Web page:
Antonin Scalia may be the Supreme Court justice whom progressives most love to hate. Daily Kos blogger Sylvia Moore says he is "clearly an authoritarian." A California Lawyer reader complains online that Scalia "actively promotes an authoritarian agenda in which the rights of the individual have little meaning." Even legal writer Joan Biskupic, in her relatively respectful and sympathetic biography of Scalia, refers to his "authoritarian bent" and "authoritarian instinct."
The latest refutation of this caricature is Maryland v. King, a decision issued Monday in which the Supreme Court upheld DNA testing of arrestees. Scalia's dissent illustrates how his respect for the Constitution leads him to side with the individual against the government—something that happens more often than you would expect based on his reputation.
The case involved Alonzo King, a Maryland man who was arrested in 2009 for threatening a group of people with a shotgun. As required by the Maryland DNA Collection Act, police swabbed his cheek for skin cells. Testing of the DNA on the swab linked King to a 2003 rape for which he was later convicted.
The majority opinion (which was joined by Stephen Breyer, usually identified as a member of the Court's "liberal wing") concedes that the forcible collection of a DNA sample from inside King's mouth constituted a search under the Fourth Amendment. But the majority says that search, although warrantless and not based on any expectation that it would discover evidence of the crime with which King had been charged, was "reasonable" because it was aimed at "identifying" him.
Scalia blows that rationale to smithereens in a scathing dissent joined by the Court's three most left-leaning members. "The Court's assertion that DNA is being taken, not to solve crimes, but to identify those in the State's custody, taxes the credulity of the credulous," he writes. "These DNA searches have nothing to do with identification."
The police already knew who King was, and the DNA test, the results of which were not available until four months after his arrest, did not confirm his identity. Rather, the test implicated him in another crime.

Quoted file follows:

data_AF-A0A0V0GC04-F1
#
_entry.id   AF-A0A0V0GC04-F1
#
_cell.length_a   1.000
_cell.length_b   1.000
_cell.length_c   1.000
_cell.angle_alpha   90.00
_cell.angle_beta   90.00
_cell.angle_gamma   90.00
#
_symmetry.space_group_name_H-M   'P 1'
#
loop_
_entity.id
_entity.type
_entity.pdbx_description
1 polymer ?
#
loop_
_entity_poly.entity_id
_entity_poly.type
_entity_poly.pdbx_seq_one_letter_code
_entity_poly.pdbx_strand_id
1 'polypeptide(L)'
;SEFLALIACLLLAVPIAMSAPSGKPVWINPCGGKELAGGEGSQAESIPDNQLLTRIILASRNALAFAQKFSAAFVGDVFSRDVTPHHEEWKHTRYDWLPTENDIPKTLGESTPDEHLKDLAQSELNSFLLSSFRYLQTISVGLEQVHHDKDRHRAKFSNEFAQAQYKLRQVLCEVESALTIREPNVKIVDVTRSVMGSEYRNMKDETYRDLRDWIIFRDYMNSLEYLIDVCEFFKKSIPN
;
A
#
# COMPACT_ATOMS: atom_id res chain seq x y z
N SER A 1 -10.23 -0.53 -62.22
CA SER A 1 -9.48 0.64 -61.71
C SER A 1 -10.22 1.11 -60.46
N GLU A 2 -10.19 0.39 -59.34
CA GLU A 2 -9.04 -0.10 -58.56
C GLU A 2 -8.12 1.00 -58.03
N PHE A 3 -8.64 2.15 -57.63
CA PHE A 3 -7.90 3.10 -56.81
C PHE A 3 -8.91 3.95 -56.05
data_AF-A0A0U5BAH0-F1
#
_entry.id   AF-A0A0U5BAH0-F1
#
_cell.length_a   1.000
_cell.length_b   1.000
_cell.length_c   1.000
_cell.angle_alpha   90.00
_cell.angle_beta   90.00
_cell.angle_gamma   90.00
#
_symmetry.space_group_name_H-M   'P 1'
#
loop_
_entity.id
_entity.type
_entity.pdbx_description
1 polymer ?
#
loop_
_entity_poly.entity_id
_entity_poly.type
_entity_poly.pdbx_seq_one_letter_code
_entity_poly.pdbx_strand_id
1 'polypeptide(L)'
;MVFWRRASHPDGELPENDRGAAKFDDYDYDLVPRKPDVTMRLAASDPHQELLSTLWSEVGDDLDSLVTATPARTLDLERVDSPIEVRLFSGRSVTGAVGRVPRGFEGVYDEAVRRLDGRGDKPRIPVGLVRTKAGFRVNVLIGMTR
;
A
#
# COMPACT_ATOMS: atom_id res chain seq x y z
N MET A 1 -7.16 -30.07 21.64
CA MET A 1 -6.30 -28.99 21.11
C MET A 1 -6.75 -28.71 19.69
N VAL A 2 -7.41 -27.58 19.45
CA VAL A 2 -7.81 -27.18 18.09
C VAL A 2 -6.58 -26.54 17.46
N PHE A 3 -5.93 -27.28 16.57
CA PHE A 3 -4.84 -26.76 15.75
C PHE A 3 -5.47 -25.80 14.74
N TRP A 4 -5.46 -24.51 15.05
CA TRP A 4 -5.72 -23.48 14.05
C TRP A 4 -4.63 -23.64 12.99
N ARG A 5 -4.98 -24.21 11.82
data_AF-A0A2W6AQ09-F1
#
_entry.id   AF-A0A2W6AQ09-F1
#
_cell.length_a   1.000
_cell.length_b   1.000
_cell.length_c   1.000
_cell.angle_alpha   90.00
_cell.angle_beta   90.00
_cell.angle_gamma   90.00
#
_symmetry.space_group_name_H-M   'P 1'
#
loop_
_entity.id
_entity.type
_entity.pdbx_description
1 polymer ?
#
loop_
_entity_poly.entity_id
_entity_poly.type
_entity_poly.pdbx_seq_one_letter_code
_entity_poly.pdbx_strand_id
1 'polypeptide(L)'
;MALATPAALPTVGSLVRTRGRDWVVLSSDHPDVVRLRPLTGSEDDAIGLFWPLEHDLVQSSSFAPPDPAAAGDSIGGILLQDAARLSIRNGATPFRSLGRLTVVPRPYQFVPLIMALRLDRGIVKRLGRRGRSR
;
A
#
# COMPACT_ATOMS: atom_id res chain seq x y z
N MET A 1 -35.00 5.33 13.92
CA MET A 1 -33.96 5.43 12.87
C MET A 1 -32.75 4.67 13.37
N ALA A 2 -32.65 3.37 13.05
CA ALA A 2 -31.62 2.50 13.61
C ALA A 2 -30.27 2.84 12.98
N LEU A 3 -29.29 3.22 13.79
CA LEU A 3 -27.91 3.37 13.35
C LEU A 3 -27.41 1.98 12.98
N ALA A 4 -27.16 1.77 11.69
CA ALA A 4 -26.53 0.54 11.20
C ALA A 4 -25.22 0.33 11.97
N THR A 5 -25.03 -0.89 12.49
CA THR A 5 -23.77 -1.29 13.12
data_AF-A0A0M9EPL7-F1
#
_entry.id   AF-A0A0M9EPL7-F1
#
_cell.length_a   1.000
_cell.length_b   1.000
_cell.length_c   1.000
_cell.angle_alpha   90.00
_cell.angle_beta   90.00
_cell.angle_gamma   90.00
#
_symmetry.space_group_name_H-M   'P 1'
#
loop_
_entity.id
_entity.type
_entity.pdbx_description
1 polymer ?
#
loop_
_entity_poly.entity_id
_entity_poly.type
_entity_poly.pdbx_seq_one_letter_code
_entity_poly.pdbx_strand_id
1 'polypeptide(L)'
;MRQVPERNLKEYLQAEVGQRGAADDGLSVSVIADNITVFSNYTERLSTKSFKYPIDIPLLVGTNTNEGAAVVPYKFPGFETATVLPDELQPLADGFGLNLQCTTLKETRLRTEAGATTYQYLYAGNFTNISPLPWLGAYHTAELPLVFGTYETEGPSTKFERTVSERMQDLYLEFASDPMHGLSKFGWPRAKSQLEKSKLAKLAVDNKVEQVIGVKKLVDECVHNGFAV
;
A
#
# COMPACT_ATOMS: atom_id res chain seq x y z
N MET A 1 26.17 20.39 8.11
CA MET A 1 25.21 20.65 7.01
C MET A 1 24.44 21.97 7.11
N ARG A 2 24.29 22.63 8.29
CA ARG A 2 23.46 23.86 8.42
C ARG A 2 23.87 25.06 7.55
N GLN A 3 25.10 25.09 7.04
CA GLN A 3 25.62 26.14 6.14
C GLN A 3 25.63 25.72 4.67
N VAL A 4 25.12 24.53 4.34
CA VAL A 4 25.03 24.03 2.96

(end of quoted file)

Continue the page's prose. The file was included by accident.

"If the Court's identification theory is not wrong," Scalia writes, "there is no such thing as error." And since "the Fourth Amendment forbids searching a person for evidence of a crime when there is no basis for believing the person is guilty of the crime or is in possession of incriminating evidence," he concludes, Maryland's law is unconstitutional.
On other occasions Scalia has joined the majority in whittling away at the guarantee against unreasonable searches and seizures, especially in the name of the war on drugs. But he also has written majority opinions rejecting infrared surveillance of homes, GPS tracking of cars, and dog sniffs at doorsteps without probable cause.
Sentencing is another area where Scalia has shown concern for the rights of criminal defendants. He and Thomas led the charge against mandatory federal sentencing guidelines, insisting that the Sixth Amendment right to trial by jury means judges may not determine facts that automatically trigger harsher punishment.
In Hamdi v. Rumsfeld, the 2004 case involving an American citizen detained in the United States as an "enemy combatant," Scalia took the most radical position against the Bush administration, saying the government had to try Hamdi in civilian court or let him go. That is hardly the position of an authoritarian.
Scalia likewise has shown a decidedly non-authoritarian respect for freedom of speech in cases dealing with advertising, online indecency, flag burning, dog fight films, violent video games, and criticism of politicians. I would also count in his favor (although many progressives would not) his defense of the right to arms and his opposition to the abuse of eminent domain.
Scalia's record of resisting government encroachment on individual freedom is by no means perfect. But on the whole he is more liberal than some of his purportedly liberal colleagues.